Golden Gate Bridge - San Francisco, California - Enduring Symbol of San Francisco



Widely acclaimed as one of the world's most beautiful spans, San Francisco's famous Golden Gate Bridge has been a symbol of the city on the bay since 1937. It was constructed over a period of four years at a cost of more than $35 million, with tall towers, sweeping main cables, and its distinctive orange vermilion color.

The bridge's name does not, however, come from its coloring but from the Golden Gate Strait which it passes over. The three-mile long and one-mile wide body of water serves as the entrance to San Francisco Bay from the Pacific Ocean. When it was first seen by Army Captain John C. Fremont around 1846, he named the strait "Chrysopylae'' or "Golden Gate'' after a harbor of which it reminded him - Istanbul's "Golden Horn.''

The bridge has nonetheless always been painted "international orange.'' The color was selected by Architect Irving Morrow to blend well with the warm colors of the nearby land masses, while providing enhanced visibility for passing ships.

Upon its opening, the 4,200-foot-long suspension span of the Golden Gate Bridge was the longest in the world. It remained so until New York City's Verrazano Narrows Bridge was completed in 1964. At mid-span, the Golden Gate's roadway reaches a height of 270 feet above the water's surface, rising gradually from the south abutment at a height of 186 feet, allowing for even the tallest ships to pass beneath.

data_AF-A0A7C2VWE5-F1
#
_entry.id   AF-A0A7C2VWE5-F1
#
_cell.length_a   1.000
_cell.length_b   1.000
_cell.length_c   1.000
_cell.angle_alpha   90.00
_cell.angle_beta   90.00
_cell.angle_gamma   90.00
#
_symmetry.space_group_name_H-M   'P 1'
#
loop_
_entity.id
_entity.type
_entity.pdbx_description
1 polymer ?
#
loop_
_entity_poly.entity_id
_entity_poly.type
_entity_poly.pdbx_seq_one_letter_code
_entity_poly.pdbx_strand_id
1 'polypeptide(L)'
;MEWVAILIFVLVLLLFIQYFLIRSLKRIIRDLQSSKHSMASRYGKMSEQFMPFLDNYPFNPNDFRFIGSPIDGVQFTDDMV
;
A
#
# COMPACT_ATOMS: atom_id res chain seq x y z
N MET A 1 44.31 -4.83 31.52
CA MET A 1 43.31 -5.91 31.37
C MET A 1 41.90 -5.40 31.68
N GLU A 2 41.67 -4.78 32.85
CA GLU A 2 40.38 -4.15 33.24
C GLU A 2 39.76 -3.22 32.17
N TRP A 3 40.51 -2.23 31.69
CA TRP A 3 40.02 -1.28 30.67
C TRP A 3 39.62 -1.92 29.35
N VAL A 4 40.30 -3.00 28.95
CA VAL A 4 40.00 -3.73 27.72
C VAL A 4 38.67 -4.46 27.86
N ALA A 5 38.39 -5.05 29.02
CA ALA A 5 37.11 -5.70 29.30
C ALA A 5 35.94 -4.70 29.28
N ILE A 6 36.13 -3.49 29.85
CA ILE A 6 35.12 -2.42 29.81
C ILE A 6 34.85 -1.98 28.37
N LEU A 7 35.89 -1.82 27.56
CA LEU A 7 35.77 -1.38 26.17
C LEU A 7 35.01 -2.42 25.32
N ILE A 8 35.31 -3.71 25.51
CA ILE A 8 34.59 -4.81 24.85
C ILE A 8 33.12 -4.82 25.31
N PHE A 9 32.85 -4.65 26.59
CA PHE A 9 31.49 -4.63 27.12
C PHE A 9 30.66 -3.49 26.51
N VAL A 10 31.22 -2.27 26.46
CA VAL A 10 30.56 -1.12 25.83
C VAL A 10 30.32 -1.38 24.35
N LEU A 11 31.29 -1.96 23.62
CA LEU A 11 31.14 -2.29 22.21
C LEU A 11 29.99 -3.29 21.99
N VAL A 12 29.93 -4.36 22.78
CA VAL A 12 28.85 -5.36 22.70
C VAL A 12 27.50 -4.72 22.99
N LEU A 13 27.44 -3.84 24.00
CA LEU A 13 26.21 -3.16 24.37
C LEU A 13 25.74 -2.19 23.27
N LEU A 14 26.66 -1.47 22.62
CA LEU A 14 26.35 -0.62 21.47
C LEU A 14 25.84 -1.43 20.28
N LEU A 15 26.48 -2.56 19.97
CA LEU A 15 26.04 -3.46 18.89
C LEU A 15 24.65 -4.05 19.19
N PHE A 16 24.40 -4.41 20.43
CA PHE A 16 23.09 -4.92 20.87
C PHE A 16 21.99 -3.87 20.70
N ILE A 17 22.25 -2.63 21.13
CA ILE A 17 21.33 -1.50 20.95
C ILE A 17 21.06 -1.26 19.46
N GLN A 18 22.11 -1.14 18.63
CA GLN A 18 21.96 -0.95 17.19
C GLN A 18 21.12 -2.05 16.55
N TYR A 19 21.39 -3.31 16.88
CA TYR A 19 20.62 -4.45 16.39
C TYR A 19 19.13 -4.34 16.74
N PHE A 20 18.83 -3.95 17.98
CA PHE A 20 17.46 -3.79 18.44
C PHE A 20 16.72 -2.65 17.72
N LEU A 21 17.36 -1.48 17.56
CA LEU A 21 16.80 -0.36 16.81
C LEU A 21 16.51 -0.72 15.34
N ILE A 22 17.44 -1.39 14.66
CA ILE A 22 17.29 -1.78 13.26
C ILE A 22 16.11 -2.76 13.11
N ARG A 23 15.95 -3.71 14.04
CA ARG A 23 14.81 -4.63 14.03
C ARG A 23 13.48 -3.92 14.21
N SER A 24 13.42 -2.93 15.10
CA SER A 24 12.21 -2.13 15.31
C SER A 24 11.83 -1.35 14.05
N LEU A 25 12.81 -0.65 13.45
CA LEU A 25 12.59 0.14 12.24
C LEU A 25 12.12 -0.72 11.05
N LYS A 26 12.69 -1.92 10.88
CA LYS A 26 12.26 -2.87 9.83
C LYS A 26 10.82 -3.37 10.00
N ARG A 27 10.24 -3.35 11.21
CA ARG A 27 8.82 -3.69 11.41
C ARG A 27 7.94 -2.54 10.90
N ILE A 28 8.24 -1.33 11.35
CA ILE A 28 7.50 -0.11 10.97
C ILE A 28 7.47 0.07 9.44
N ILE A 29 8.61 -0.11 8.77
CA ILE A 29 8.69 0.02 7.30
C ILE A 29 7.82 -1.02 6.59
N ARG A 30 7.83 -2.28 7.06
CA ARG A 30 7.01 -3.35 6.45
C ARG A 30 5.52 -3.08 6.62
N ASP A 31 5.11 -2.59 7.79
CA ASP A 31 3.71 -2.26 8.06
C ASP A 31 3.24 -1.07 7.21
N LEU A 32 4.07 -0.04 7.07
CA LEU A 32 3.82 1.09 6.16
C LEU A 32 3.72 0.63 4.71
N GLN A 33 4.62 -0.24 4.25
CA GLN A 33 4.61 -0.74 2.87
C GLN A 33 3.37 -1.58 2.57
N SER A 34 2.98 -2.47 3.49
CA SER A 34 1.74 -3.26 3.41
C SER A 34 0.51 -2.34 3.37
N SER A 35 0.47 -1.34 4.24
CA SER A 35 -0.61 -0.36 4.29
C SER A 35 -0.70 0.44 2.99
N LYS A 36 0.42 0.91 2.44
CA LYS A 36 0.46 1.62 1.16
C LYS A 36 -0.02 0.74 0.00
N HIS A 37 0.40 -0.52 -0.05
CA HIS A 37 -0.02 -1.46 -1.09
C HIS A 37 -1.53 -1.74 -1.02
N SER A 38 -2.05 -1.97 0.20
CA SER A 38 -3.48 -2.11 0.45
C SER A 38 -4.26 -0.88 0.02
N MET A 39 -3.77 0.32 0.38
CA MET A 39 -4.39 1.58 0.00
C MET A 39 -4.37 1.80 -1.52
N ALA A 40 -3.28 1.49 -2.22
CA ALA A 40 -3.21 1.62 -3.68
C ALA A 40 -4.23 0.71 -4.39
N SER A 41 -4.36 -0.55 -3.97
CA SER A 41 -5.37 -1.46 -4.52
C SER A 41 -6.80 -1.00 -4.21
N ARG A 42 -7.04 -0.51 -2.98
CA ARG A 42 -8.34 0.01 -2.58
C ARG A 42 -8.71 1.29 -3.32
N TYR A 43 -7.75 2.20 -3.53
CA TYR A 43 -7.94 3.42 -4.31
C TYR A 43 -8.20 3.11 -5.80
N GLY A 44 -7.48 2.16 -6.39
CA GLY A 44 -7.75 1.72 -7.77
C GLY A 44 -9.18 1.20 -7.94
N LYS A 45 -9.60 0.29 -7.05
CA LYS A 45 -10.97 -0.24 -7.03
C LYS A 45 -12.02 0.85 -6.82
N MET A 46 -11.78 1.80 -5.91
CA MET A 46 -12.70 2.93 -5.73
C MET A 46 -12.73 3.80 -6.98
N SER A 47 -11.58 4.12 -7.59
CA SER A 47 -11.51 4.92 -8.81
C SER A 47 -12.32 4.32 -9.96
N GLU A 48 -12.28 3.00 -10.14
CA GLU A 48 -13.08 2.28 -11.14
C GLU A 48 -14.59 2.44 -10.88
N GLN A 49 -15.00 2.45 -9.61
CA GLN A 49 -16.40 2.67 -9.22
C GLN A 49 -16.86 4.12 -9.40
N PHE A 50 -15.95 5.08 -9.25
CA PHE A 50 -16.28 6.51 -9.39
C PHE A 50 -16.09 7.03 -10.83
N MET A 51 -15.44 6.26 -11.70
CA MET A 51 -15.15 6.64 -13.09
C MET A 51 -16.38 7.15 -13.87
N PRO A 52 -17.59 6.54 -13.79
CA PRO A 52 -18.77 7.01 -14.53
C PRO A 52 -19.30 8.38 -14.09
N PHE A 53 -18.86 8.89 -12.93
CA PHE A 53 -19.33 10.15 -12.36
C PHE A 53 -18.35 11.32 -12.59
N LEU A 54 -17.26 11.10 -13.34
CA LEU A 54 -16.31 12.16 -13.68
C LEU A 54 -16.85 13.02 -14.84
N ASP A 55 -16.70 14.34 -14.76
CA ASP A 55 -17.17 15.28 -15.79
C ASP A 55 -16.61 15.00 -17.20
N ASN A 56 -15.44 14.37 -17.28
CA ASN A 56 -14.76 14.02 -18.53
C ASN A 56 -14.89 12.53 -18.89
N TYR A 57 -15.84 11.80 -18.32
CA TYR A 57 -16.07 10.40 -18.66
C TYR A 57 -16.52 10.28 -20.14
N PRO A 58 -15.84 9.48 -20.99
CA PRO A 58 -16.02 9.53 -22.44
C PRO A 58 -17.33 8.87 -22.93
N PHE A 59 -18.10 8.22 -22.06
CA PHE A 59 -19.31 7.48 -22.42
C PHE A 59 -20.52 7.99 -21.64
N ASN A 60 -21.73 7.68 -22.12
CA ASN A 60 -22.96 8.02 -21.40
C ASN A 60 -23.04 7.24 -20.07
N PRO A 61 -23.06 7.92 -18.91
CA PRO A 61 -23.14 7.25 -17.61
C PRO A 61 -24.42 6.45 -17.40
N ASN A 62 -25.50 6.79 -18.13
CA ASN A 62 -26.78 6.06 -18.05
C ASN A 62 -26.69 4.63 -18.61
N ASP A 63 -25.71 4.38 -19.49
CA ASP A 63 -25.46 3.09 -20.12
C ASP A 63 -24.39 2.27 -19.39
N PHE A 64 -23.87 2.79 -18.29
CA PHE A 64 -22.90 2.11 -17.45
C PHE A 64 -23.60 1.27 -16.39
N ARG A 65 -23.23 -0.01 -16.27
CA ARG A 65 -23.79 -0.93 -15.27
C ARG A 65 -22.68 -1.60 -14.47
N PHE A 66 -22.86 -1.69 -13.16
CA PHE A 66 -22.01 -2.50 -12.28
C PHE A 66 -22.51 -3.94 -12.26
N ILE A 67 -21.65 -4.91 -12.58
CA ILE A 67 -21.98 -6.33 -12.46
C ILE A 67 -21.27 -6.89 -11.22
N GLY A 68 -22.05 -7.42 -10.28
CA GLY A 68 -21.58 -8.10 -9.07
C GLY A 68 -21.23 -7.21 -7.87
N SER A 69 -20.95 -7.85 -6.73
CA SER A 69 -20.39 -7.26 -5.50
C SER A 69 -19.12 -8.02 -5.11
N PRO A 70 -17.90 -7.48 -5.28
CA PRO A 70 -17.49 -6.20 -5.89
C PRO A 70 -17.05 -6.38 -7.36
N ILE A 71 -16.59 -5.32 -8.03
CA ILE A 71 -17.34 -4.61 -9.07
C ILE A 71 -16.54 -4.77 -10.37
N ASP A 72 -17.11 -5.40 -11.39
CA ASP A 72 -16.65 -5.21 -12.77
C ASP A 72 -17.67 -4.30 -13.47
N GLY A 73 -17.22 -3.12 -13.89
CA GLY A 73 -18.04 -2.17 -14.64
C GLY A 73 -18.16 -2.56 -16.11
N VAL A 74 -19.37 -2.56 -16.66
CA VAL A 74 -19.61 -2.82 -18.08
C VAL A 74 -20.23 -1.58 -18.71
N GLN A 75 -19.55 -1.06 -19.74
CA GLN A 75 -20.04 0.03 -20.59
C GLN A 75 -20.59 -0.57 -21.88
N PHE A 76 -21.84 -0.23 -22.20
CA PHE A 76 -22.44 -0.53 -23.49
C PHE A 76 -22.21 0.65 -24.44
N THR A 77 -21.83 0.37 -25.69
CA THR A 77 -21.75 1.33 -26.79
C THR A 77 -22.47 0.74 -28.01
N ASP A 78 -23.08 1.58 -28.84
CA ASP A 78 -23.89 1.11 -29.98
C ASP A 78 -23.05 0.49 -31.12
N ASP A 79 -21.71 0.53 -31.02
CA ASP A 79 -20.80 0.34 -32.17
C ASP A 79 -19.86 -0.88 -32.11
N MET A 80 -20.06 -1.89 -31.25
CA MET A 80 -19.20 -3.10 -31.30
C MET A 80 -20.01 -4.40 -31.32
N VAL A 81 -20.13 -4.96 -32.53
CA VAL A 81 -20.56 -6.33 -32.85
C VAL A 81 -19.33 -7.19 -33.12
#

In 1968, the Golden Gate Bridge became the world's first major bridge to institute one-way toll collection. This system was so successful, it was subsequently implement on many other bridges around the globe. Today, tolls are collected in the southbound direction only, going into San Francisco. The rate for two-axle vehicles and motorcycles is $6 if paid in cash and $5 using FasTrak, an electronic toll system operated by Caltrans. Larger vehicles pay $3 cash per axle or $2.50 with FasTrak.

By the close of 2009, more than 1,874,100,000 vehicles had crossed the Golden Gate Bridge. Estimates have put the number of annual visitors to the structure at about nine million people from all around the world. It can be particularly busy in summer.

The bridge is open to pedestrian traffic, wheelchair users, and bicyclists via the sidewalks during daylight hours. Those on foot must share the east 1.7-mile-long sidewalk with cyclists on weekdays. Please note, however, that roller blades, skateboards and roller skates are not allowed, and dogs are permitted only if under control on a leash at all times.

Excellent vantage points for viewing the bridge can be found the Fort Point overlook near the southeast parking lot as well as the renovated garden area nearby. Map of walking, biking and hiking trails located on the south side of the Golden Gate Bridge can be obtained in the Golden Gate National Recreation Area and at The Presidio

The Golden Gate Bridge also has a Gift Center, which is located in the historic "Roundhouse'' on the southeast side behind the Strauss Statue. The building was designed in 1938 as a restaurant for motorists. Now, it is open from 8:30am each day, offering historical information, photos, books, posters, videos, and various souvenirs. It closes at 7:30pm during the summer and 6:30pm in winter. Food is available at the Bridge Cafy nearby. Open daily from 9:30am to 5pm, it serves muffins, sandwiches, salads, desserts, sodas, water and Starbuck's coffee.

Although it does not have a physical address, the Golden Gate Bridge is easy to find by following Highway 101 to where it spans the strait between San Francisco and Sausalito. There are parking areas and restrooms on both the northeast and southeast sides, and spaces for persons with disabilities are provided.

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